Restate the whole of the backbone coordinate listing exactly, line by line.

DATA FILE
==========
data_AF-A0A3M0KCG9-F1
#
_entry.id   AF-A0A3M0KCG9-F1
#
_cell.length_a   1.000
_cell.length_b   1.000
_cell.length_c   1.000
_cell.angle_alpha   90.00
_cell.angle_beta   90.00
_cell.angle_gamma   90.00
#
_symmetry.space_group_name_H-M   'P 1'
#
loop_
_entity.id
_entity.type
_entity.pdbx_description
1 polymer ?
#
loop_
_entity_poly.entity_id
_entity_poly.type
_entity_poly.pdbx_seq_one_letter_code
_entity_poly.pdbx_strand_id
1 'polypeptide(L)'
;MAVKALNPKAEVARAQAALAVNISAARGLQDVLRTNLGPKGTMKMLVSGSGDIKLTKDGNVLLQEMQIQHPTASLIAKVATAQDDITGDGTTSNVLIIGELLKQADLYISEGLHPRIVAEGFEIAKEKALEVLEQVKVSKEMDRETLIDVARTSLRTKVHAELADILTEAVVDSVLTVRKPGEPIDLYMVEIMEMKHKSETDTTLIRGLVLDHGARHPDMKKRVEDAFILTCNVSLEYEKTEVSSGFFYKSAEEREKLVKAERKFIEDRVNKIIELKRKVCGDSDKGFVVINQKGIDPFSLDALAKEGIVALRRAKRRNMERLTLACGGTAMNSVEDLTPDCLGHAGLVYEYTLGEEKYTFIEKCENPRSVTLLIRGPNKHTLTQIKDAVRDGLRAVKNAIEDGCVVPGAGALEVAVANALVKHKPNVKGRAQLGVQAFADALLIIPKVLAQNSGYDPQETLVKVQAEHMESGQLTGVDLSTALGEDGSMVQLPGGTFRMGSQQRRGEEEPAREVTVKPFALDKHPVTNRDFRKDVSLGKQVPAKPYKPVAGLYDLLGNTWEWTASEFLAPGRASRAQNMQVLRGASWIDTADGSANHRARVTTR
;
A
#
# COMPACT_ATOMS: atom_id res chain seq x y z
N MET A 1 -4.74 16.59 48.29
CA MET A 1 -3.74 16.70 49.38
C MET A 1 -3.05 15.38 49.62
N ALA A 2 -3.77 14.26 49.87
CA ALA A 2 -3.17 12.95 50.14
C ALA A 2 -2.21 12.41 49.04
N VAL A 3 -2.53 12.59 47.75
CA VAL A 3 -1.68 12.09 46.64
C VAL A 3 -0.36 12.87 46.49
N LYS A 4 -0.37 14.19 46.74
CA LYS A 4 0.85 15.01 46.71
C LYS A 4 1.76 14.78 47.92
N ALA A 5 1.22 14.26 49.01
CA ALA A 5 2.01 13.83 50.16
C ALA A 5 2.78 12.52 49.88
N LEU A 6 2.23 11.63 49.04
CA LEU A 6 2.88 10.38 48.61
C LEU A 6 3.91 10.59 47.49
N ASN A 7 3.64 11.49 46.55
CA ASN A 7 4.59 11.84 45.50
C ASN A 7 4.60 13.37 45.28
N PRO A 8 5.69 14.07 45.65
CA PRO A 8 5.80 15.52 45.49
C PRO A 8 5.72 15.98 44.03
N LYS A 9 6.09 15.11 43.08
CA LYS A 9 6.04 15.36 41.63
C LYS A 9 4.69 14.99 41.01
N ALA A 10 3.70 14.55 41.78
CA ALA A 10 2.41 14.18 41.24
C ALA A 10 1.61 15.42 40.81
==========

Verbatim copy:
data_AF-A0A3M0KCG9-F1
#
_entry.id   AF-A0A3M0KCG9-F1
#
_cell.length_a   1.000
_cell.length_b   1.000
_cell.length_c   1.000
_cell.angle_alpha   90.00
_cell.angle_beta   90.00
_cell.angle_gamma   90.00
#
_symmetry.space_group_name_H-M   'P 1'
#
loop_
_entity.id
_entity.type
_entity.pdbx_description
1 polymer ?
#
loop_
_entity_poly.entity_id
_entity_poly.type
_entity_poly.pdbx_seq_one_letter_code
_entity_poly.pdbx_strand_id
1 'polypeptide(L)'
;MAVKALNPKAEVARAQAALAVNISAARGLQDVLRTNLGPKGTMKMLVSGSGDIKLTKDGNVLLQEMQIQHPTASLIAKVATAQDDITGDGTTSNVLIIGELLKQADLYISEGLHPRIVAEGFEIAKEKALEVLEQVKVSKEMDRETLIDVARTSLRTKVHAELADILTEAVVDSVLTVRKPGEPIDLYMVEIMEMKHKSETDTTLIRGLVLDHGARHPDMKKRVEDAFILTCNVSLEYEKTEVSSGFFYKSAEEREKLVKAERKFIEDRVNKIIELKRKVCGDSDKGFVVINQKGIDPFSLDALAKEGIVALRRAKRRNMERLTLACGGTAMNSVEDLTPDCLGHAGLVYEYTLGEEKYTFIEKCENPRSVTLLIRGPNKHTLTQIKDAVRDGLRAVKNAIEDGCVVPGAGALEVAVANALVKHKPNVKGRAQLGVQAFADALLIIPKVLAQNSGYDPQETLVKVQAEHMESGQLTGVDLSTALGEDGSMVQLPGGTFRMGSQQRRGEEEPAREVTVKPFALDKHPVTNRDFRKDVSLGKQVPAKPYKPVAGLYDLLGNTWEWTASEFLAPGRASRAQNMQVLRGASWIDTADGSANHRARVTTR
;
A
#
# COMPACT_ATOMS: atom_id res chain seq x y z
N MET A 1 -4.74 16.59 48.29
CA MET A 1 -3.74 16.70 49.38
C MET A 1 -3.05 15.38 49.62
N ALA A 2 -3.77 14.26 49.87
CA ALA A 2 -3.17 12.95 50.14
C ALA A 2 -2.21 12.41 49.04
N VAL A 3 -2.53 12.59 47.75
CA VAL A 3 -1.68 12.09 46.64
C VAL A 3 -0.36 12.87 46.49
N LYS A 4 -0.37 14.19 46.74
CA LYS A 4 0.85 15.01 46.71
C LYS A 4 1.76 14.78 47.92
N ALA A 5 1.22 14.26 49.01
CA ALA A 5 2.01 13.83 50.16
C ALA A 5 2.78 12.52 49.88
N LEU A 6 2.23 11.63 49.04
CA LEU A 6 2.88 10.38 48.61
C LEU A 6 3.91 10.59 47.49
N ASN A 7 3.64 11.49 46.55
CA ASN A 7 4.59 11.84 45.50
C ASN A 7 4.60 13.37 45.28
N PRO A 8 5.69 14.07 45.65
CA PRO A 8 5.80 15.52 45.49
C PRO A 8 5.72 15.98 44.03
N LYS A 9 6.09 15.11 43.08
CA LYS A 9 6.04 15.36 41.63
C LYS A 9 4.69 14.99 41.01
N ALA A 10 3.70 14.55 41.78
CA ALA A 10 2.41 14.18 41.24
C ALA A 10 1.61 15.42 40.81